I went in quite relaxed. I walked out of it petrified by what the consultant had said. The shadow on my leg had grown in size. I was told that there was a possibility that I could fracture my femur, so was told to use a walking stick and to stop cycling immediately.
He then told me that an emergency MRI scan had been booked and I’d have a total body bone scan at the nuclear medicine department.
I had to wait ten agonising days for the biopsy result. When the day came, the surgeon explained that the biopsy result had been checked and checked again. It was difficult to believe, but the diagnosis was correct. I was suffering from Langerhans Cell Histiocytosis (LCH). Apparently, not many people have heard of it, not even clinicians.
LCH is a bone marrow disorder. The marrow deteriorates and it’s classified as a type of cancer. It’s normally found in infants. For an adult to get it isn't impossible, but it’s millions to one odds. Diabetes Insipidus first, and now LCH. Both rare, incurable conditions.
A clinician informed me that my strain of Langerhans was the first one ever found. There was no previous case to guide the treatment of the condition. So, I had a metal plate fixed to my femur to strengthen it against the growing tumour. Following that, I had a course of radiotherapy. A further CT scan revealed two small tumours in my groin, close to the hip replacement area. Due to the metal plate, radiotherapy was ruled out and it also turned out to be ineffective against the right side tumour anyway. I started chemotherapy in May 2016.
The chemo had reduced the tumours but the scan also revealed a sinister-looking dark mass in my abdomen. Yet another biopsy followed.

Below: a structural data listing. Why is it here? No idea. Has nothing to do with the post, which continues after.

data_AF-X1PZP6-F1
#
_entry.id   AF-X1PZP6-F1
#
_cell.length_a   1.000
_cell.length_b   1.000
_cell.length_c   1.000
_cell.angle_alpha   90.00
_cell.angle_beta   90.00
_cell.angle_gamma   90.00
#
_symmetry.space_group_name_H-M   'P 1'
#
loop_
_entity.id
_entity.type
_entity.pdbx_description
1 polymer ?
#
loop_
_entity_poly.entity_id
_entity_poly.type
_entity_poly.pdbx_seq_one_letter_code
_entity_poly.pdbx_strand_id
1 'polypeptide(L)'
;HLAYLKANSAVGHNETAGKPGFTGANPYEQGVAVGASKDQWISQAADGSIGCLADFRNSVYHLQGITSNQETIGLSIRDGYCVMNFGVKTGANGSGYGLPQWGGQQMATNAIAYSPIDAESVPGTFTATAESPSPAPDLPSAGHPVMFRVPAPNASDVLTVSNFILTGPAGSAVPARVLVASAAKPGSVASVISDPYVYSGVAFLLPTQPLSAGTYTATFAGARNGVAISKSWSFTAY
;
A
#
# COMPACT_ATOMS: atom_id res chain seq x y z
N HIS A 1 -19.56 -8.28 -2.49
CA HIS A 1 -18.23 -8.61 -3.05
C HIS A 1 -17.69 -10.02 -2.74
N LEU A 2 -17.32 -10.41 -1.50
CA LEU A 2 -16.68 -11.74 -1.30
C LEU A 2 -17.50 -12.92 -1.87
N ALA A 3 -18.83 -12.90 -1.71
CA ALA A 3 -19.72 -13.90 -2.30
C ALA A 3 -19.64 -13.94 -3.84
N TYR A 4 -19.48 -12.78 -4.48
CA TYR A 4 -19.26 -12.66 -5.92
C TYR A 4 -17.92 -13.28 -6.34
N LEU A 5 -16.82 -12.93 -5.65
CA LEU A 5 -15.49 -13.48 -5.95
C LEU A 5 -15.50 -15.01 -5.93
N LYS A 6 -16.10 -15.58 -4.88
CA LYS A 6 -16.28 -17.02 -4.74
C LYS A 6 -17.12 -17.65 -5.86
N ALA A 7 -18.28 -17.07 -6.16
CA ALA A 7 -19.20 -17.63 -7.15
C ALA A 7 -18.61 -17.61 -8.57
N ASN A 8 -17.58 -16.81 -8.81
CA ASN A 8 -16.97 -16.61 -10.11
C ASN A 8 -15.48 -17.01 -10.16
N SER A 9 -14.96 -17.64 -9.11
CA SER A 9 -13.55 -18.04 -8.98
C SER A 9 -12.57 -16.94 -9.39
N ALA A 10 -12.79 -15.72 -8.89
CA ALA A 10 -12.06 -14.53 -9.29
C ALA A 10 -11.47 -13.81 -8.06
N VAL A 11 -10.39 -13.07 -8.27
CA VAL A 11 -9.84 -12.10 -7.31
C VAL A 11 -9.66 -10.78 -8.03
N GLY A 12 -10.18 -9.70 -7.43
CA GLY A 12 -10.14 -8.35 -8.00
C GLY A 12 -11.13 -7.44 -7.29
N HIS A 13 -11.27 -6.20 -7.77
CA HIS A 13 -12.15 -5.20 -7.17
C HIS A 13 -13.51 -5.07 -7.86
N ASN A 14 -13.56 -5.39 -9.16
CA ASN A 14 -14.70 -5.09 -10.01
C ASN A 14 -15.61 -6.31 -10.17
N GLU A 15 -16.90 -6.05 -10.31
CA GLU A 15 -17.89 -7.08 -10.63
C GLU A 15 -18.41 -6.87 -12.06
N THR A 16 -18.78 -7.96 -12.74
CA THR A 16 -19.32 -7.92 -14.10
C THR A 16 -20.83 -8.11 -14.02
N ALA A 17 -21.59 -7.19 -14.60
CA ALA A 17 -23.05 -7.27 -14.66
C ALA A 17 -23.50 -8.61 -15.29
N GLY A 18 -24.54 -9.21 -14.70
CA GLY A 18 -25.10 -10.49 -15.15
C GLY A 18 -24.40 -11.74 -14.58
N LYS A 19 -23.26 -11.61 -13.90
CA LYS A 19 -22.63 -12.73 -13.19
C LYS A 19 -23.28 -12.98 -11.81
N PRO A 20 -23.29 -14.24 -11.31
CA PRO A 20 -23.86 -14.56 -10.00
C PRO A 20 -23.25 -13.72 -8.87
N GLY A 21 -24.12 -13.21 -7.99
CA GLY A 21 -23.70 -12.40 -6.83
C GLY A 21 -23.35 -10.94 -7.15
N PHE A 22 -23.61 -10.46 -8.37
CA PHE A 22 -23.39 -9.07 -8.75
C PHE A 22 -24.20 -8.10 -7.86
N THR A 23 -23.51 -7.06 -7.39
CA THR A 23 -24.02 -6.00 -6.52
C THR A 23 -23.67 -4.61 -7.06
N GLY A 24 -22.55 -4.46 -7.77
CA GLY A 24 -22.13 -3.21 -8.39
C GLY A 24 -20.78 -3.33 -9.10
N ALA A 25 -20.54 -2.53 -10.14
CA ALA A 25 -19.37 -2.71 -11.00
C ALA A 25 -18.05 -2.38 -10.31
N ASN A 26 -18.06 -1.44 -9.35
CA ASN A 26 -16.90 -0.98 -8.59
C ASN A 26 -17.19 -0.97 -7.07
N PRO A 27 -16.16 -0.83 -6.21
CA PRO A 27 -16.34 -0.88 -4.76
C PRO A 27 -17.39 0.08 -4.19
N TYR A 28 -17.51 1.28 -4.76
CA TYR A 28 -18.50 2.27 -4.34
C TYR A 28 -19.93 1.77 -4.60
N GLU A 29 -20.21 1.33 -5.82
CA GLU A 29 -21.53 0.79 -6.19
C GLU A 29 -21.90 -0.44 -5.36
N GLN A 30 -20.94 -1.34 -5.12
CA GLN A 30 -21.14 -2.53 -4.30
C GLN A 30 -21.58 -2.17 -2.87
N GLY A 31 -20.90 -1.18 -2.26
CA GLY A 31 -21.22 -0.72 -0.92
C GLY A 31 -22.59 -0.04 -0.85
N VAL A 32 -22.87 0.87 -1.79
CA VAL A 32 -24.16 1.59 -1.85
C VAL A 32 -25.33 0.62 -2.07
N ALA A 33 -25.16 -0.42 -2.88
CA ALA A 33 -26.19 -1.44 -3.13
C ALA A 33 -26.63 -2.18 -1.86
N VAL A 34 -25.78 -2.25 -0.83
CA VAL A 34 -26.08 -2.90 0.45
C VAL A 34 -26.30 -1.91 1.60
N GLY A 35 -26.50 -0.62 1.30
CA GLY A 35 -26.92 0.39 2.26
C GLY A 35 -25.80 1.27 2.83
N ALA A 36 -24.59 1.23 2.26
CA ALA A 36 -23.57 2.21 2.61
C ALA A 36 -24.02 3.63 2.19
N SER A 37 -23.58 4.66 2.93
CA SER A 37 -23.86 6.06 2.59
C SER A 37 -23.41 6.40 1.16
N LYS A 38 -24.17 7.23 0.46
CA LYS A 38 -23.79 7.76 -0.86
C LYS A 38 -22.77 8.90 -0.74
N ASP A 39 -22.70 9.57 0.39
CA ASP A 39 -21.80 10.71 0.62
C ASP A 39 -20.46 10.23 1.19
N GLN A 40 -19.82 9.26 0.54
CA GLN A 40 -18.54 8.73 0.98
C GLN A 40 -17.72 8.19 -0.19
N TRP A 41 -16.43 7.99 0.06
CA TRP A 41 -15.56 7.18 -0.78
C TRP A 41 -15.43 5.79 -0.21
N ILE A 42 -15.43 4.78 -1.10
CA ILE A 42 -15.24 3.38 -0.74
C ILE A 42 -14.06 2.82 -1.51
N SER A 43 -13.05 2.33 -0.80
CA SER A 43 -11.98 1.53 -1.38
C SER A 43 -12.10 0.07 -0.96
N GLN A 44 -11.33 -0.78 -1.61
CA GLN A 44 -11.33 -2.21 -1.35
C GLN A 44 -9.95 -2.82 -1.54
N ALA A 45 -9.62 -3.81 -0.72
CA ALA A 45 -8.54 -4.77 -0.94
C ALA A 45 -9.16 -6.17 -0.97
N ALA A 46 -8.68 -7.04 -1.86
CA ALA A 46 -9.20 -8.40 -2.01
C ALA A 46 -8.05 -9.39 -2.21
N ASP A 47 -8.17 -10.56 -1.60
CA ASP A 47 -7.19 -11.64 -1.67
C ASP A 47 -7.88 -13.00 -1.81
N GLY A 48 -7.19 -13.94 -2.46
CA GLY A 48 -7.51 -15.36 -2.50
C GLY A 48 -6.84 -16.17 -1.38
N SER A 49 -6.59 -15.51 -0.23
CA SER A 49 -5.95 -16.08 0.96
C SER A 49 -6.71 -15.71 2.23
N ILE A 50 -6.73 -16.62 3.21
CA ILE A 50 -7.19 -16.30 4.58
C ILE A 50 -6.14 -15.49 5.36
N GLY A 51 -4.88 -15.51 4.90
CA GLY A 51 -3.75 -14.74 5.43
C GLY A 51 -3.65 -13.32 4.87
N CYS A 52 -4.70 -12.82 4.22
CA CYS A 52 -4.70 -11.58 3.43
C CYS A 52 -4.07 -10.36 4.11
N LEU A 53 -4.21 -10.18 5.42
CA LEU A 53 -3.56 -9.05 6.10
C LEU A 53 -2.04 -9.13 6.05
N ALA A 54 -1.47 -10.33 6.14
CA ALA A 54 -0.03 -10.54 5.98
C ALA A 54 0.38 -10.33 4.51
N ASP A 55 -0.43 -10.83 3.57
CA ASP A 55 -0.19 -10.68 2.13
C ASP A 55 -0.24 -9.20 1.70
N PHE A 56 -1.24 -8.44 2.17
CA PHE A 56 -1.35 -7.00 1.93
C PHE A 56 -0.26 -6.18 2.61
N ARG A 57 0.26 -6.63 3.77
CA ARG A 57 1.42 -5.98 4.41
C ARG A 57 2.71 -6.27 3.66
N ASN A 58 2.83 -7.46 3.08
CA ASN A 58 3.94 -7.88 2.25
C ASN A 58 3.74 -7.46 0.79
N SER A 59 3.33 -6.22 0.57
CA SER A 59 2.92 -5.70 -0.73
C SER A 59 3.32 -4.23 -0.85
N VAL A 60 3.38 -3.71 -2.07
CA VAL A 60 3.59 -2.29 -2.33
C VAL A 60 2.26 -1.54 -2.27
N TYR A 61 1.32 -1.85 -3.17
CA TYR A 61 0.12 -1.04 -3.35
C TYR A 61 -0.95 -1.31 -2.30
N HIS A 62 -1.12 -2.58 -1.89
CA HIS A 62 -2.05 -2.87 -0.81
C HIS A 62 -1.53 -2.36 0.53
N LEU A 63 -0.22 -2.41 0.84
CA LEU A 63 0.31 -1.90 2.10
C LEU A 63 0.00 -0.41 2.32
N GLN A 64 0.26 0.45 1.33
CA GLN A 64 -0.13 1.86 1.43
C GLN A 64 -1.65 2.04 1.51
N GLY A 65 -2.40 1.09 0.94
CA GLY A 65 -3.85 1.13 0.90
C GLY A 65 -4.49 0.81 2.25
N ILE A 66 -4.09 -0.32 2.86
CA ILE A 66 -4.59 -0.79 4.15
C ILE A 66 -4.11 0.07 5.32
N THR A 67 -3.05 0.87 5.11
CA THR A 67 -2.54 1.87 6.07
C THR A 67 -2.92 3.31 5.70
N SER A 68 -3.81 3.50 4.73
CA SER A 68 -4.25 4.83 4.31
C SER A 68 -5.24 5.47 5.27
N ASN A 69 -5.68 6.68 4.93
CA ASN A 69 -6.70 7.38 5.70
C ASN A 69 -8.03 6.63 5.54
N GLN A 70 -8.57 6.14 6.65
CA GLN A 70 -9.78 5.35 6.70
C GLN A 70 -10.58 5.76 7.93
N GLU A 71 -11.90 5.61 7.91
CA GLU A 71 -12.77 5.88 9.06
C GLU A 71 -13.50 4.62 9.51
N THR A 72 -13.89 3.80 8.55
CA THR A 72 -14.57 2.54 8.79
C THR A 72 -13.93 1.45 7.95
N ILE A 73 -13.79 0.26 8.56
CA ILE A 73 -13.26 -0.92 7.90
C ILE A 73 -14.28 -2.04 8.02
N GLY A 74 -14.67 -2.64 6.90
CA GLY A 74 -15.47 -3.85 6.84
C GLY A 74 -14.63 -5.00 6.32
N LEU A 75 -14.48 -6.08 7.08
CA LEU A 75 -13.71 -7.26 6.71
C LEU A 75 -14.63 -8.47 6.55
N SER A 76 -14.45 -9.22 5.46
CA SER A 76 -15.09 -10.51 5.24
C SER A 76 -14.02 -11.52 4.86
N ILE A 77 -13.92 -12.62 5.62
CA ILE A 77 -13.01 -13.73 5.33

I tried to get the result by ringing a doctor in the haematology department, but she was reluctant to reveal it on the phone. I had to wait for an appointment in two weeks and eventually I got her to tell me the result. I had Lymphoma. The word cancer was used again. It’s treatable but can’t be cured.
I had to have a course of chemo called R-Chop that was stronger than before and resulted in me losing all my hair, and feeling rough.
I’m still making regular visits to the hospital to top up my chemotherapy treatment. This is to prevent the lymphoma from returning. It’ll always be with me, but it’s just kept on the back boiler, so to speak.
On a routine appointment, I was told that a blood test was showing I might have hypocortisolism, for which I had an insulin stress test. And then I was diagnosed with condition number four: Hypocortisolism, also known as Addison’s disease. It is when the adrenal glands don’t produce enough steroid hormones. Symptoms come on slowly and you might get things like abdominal pain or weight loss. Now, I take daily tablets to control it.
Finally, in January 2019, another blood test revealed that I have an under-active thyroid. I now have five permanent conditions. I might be in The Guinness Book of Records soon. With all these conditions, things were becoming harder to manage in terms of my health: I had things to remember at consultations, prescription medication to order and take, appointments to attend, and test results.
Early in June 2018, my wife answered a call from our doctor’s surgery. They explained that there’s now an online service that allows patients to access their health records via an app.